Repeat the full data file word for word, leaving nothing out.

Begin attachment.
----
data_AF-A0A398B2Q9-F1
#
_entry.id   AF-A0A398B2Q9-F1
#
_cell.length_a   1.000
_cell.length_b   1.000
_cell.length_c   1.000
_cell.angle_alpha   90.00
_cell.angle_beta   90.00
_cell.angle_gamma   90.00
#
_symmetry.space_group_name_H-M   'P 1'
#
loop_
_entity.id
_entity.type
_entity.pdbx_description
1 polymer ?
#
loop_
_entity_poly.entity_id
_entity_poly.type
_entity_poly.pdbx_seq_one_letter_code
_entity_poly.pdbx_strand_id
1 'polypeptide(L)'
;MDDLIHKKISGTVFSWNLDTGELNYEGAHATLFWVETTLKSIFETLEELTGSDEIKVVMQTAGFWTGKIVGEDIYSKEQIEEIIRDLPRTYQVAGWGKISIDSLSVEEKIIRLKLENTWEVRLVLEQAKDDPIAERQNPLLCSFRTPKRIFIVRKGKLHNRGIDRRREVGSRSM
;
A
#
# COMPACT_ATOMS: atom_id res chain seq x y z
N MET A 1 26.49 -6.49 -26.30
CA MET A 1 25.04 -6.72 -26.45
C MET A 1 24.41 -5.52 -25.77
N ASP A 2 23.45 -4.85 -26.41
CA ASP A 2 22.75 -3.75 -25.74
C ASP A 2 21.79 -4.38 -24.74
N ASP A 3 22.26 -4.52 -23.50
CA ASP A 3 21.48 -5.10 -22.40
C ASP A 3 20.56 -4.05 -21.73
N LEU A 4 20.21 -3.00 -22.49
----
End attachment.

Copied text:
data_AF-A0A398B2Q9-F1
#
_entry.id   AF-A0A398B2Q9-F1
#
_cell.length_a   1.000
_cell.length_b   1.000
_cell.length_c   1.000
_cell.angle_alpha   90.00
_cell.angle_beta   90.00
_cell.angle_gamma   90.00
#
_symmetry.space_group_name_H-M   'P 1'
#
loop_
_entity.id
_entity.type
_entity.pdbx_description
1 polymer ?
#
loop_
_entity_poly.entity_id
_entity_poly.type
_entity_poly.pdbx_seq_one_letter_code
_entity_poly.pdbx_strand_id
1 'polypeptide(L)'
;MDDLIHKKISGTVFSWNLDTGELNYEGAHATLFWVETTLKSIFETLEELTGSDEIKVVMQTAGFWTGKIVGEDIYSKEQIEEIIRDLPRTYQVAGWGKISIDSLSVEEKIIRLKLENTWEVRLVLEQAKDDPIAERQNPLLCSFRTPKRIFIVRKGKLHNRGIDRRREVGSRSM
;
A
#
# COMPACT_ATOMS: atom_id res chain seq x y z
N MET A 1 26.49 -6.49 -26.30
CA MET A 1 25.04 -6.72 -26.45
C MET A 1 24.41 -5.52 -25.77
N ASP A 2 23.45 -4.85 -26.41
CA ASP A 2 22.75 -3.75 -25.74
C ASP A 2 21.79 -4.38 -24.74
N ASP A 3 22.26 -4.52 -23.50
CA ASP A 3 21.48 -5.10 -22.40
C ASP A 3 20.56 -4.05 -21.73
N LEU A 4 20.21 -3.00 -22.49